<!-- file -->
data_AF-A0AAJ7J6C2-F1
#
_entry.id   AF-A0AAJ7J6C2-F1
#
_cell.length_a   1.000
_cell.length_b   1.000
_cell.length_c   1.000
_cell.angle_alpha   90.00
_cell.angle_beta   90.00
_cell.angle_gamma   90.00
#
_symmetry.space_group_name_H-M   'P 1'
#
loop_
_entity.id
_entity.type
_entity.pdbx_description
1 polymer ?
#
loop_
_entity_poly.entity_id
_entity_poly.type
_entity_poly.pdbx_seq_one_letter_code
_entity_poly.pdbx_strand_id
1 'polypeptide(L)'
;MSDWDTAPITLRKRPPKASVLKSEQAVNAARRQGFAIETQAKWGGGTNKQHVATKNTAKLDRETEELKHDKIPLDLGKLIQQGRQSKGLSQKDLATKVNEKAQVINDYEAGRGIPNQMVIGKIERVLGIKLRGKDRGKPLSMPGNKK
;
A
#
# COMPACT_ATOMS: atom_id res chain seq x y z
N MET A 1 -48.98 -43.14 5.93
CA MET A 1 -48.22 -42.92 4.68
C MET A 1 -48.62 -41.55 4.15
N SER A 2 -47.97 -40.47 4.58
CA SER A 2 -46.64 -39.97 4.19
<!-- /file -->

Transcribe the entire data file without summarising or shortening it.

data_AF-A0AAJ7J6C2-F1
#
_entry.id   AF-A0AAJ7J6C2-F1
#
_cell.length_a   1.000
_cell.length_b   1.000
_cell.length_c   1.000
_cell.angle_alpha   90.00
_cell.angle_beta   90.00
_cell.angle_gamma   90.00
#
_symmetry.space_group_name_H-M   'P 1'
#
loop_
_entity.id
_entity.type
_entity.pdbx_description
1 polymer ?
#
loop_
_entity_poly.entity_id
_entity_poly.type
_entity_poly.pdbx_seq_one_letter_code
_entity_poly.pdbx_strand_id
1 'polypeptide(L)'
;MSDWDTAPITLRKRPPKASVLKSEQAVNAARRQGFAIETQAKWGGGTNKQHVATKNTAKLDRETEELKHDKIPLDLGKLIQQGRQSKGLSQKDLATKVNEKAQVINDYEAGRGIPNQMVIGKIERVLGIKLRGKDRGKPLSMPGNKK
;
A
#
# COMPACT_ATOMS: atom_id res chain seq x y z
N MET A 1 -48.98 -43.14 5.93
CA MET A 1 -48.22 -42.92 4.68
C MET A 1 -48.62 -41.55 4.15
N SER A 2 -47.97 -40.47 4.58
CA SER A 2 -46.64 -39.97 4.19